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Poem by Alfred Edward Housman


More Poems. 21. The World Goes None the Lamer


The world goes none the lamer,
        For ought that I can see,
Because this cursed trouble
        Has struck my days and me.

The stars of heaven are steady,
        The founded hills remain,
Though I to earth and darkness
        Return in blood and pain.

Farewell to all belongings
        I won or bought or stole;
Farewell, my lusty carcase,
        Farewell, my aery soul.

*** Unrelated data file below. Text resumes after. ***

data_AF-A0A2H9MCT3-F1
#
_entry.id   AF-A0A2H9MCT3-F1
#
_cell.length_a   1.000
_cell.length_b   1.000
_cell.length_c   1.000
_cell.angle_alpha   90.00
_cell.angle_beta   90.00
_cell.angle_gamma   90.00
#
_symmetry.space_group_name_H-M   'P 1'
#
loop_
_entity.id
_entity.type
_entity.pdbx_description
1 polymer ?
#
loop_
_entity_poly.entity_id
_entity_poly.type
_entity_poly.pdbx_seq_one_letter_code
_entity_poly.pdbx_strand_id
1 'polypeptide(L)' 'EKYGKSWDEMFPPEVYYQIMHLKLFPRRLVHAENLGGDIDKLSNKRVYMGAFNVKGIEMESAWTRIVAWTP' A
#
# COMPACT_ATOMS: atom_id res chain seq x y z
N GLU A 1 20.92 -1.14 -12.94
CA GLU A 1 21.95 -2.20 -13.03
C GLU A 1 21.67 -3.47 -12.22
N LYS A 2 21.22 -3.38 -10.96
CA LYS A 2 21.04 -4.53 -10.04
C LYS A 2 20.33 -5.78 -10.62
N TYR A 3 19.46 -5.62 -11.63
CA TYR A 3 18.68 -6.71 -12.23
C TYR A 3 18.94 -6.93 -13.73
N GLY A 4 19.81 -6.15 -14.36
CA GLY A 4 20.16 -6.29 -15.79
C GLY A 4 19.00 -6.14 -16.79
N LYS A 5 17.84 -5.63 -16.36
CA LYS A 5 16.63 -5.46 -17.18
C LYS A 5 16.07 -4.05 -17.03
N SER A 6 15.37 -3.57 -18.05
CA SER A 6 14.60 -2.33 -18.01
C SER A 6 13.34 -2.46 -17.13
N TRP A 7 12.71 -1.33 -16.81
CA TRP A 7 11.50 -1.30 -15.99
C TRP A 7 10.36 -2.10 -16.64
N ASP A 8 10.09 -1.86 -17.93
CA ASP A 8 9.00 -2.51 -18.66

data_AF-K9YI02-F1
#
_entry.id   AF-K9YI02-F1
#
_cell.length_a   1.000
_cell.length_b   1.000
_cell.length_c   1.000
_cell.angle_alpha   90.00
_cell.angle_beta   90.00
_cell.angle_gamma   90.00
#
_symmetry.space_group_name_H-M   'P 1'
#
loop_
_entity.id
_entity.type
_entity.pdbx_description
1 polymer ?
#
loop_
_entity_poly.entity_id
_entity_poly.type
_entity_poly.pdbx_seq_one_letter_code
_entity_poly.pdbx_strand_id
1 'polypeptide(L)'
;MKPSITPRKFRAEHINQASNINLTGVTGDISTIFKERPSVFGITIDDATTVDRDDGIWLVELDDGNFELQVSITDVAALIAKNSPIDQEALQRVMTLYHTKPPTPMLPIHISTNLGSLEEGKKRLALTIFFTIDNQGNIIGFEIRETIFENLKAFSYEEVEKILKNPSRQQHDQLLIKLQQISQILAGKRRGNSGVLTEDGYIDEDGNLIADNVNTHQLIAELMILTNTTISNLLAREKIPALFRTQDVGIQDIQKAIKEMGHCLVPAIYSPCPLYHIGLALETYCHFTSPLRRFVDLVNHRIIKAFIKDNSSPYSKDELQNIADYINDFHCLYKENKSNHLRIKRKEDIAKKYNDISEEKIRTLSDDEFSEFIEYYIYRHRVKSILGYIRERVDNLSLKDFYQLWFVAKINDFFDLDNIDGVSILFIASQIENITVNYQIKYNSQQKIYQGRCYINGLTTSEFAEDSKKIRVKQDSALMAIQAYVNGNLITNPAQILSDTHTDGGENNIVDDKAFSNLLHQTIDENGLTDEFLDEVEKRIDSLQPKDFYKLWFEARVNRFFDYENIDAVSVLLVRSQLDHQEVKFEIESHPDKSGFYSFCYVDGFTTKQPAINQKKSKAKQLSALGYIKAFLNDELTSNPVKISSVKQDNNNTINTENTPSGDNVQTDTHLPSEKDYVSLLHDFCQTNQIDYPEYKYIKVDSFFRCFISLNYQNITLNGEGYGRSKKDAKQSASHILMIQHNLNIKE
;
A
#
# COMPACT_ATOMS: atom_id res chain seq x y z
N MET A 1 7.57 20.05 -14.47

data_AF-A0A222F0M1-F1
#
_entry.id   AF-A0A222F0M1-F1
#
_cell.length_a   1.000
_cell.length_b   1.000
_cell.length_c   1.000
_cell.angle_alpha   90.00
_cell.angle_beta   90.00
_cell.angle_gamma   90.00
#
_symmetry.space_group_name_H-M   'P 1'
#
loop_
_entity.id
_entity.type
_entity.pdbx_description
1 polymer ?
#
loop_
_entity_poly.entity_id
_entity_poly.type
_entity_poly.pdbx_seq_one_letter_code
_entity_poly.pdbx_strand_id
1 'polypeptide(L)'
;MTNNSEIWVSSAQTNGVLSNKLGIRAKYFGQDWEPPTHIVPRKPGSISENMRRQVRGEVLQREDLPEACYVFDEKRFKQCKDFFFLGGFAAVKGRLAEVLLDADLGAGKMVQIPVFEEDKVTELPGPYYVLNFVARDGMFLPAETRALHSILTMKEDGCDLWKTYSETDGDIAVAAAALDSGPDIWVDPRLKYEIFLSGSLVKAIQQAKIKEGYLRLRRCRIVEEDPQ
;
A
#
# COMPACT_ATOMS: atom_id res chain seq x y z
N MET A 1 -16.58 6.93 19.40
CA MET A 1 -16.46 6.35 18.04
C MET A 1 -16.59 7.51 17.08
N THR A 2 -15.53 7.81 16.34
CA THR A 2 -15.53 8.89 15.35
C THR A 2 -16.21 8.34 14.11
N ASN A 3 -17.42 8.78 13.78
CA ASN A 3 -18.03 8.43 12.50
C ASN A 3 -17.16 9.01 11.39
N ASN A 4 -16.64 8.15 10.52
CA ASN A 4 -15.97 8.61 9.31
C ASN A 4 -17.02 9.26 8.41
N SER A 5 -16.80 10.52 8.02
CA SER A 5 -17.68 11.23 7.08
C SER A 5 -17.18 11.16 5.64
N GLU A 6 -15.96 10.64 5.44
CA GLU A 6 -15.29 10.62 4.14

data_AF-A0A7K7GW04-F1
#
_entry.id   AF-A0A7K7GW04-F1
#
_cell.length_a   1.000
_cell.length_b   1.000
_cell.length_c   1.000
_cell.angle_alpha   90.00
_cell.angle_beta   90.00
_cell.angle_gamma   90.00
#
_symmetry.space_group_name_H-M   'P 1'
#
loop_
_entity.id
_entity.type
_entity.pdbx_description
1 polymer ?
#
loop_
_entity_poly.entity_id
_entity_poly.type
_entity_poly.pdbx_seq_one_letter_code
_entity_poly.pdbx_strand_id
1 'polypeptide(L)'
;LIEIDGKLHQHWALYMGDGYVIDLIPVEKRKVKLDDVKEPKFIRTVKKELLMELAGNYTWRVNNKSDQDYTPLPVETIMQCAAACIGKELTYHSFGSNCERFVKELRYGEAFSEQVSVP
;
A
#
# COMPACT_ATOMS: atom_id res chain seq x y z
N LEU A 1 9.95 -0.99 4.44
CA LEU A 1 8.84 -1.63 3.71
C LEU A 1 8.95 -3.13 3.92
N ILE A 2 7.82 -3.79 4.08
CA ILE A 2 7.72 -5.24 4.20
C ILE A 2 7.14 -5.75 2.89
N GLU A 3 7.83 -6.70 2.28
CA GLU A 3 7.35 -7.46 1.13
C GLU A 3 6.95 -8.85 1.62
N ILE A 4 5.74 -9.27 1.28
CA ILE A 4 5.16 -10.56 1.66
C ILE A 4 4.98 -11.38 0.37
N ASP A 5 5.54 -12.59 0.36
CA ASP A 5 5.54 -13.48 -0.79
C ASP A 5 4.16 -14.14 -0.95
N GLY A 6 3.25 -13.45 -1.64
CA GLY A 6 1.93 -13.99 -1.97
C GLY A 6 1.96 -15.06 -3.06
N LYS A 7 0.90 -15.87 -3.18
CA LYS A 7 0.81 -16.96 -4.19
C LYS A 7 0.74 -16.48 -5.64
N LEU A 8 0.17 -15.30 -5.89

Oh worse remains for others
        And worse to fear had I
Than so at four-and-twenty
        To lay me down and die.



Alfred Edward Housman


Alfred Edward Housman's other poems:
  1. More Poems. 17. Bells in Tower at Evening Toll
  2. A Shropshire Lad. 50. Clunton and Clunbury
  3. More Poems. 46. The Land of Biscay
  4. More Poems. 40. Farewell to a Name and a Number
  5. Last Poems. 32. When I Would Muse in Boyhood


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